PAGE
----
U.S. Is Right to Bolster Yen
For the first time in six years the United States has intervened in currency markets to support Japan’s troubled yen, helping to push up its value against the dollar and making clear that further action will be taken if needed. President Clinton described this shift away from a hands-off policy as a signal to the markets of U.S. support for reforms in Japan’s economy.
The signal seems to have been understood. The yen, which lost 15% of its value over the past three months, immediately strengthened and international markets that had been shaken by concerns over Japan’s weakened economy--and its effect on the rest of Asia--rallied.
But the psychological effects of the U.S. intervention are likely to prove fleeting unless Japan now moves vigorously to do what it should have done years ago, before it entered a crisis that has seen property and securities plummet and unemployment rise to a level not seen in decades. Now Japan must act promptly to stimulate demand, reform its ailing banking system and open its markets to greater competition.
Promises that more effective measures will be taken may have been made by Tokyo in exchange for Washington’s action. Clinton spoke to Prime Minister Ryutaro Hashimoto just hours before moving to support the yen. He has also sent to Japan a high-level delegation led by Deputy Treasury Secretary Lawrence Summers to discuss both Japan’s economy and the larger financial crisis in Asia. Japan’s troubles have exacerbated those in other countries, nowhere more so than in South Korea. The weakened yen has raised fears of further currency devaluations there and elsewhere--perhaps including China--that at a minimum would retard recovery from last year’s economic crash.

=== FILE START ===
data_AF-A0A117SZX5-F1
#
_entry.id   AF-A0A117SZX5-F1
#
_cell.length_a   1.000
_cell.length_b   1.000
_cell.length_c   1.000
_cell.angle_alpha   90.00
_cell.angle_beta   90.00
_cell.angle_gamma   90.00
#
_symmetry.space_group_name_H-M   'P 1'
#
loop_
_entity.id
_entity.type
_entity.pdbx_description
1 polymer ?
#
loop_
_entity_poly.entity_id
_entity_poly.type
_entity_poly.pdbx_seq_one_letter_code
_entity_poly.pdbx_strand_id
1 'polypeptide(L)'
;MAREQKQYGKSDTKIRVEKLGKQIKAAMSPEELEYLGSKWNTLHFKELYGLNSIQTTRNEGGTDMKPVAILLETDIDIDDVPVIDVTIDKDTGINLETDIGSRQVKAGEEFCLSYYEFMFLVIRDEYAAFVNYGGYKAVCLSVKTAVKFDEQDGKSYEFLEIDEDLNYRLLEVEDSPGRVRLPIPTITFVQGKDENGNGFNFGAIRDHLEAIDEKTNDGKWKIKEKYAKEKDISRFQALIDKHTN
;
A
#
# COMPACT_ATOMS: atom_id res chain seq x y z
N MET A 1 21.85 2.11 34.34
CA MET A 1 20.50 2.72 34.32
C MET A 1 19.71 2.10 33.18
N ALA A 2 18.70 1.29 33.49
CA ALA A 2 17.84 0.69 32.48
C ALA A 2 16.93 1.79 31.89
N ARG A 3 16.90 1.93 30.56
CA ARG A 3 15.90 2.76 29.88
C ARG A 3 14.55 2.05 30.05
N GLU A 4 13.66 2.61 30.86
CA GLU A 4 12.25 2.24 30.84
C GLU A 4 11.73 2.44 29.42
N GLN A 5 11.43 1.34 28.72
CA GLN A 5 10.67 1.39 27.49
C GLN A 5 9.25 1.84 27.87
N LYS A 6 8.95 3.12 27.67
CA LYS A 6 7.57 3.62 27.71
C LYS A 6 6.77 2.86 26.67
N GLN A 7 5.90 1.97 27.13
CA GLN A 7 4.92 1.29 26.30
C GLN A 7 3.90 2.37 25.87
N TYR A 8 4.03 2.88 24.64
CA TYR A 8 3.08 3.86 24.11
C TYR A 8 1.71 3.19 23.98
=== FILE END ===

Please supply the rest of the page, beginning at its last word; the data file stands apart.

Japan’s biggest problem remains the reluctance of its politicians and the powerful Finance Ministry to acknowledge the depth of the economic crisis. The latest stimulus package, which won’t take effect for many months, is no substitute for stringent structural reforms.
Protectionism in one or another guise and an excessive coziness among government, business and the banks have for too long shielded Japan from the discipline imposed by true competition. Only now, late in the day, is deregulation of the financial system starting to take hold. The United States should in its own interests and those of global economic stability lend a hand, as it is now doing. But in the end Japan must find the will, wisdom and political courage to chart a course out of this crisis.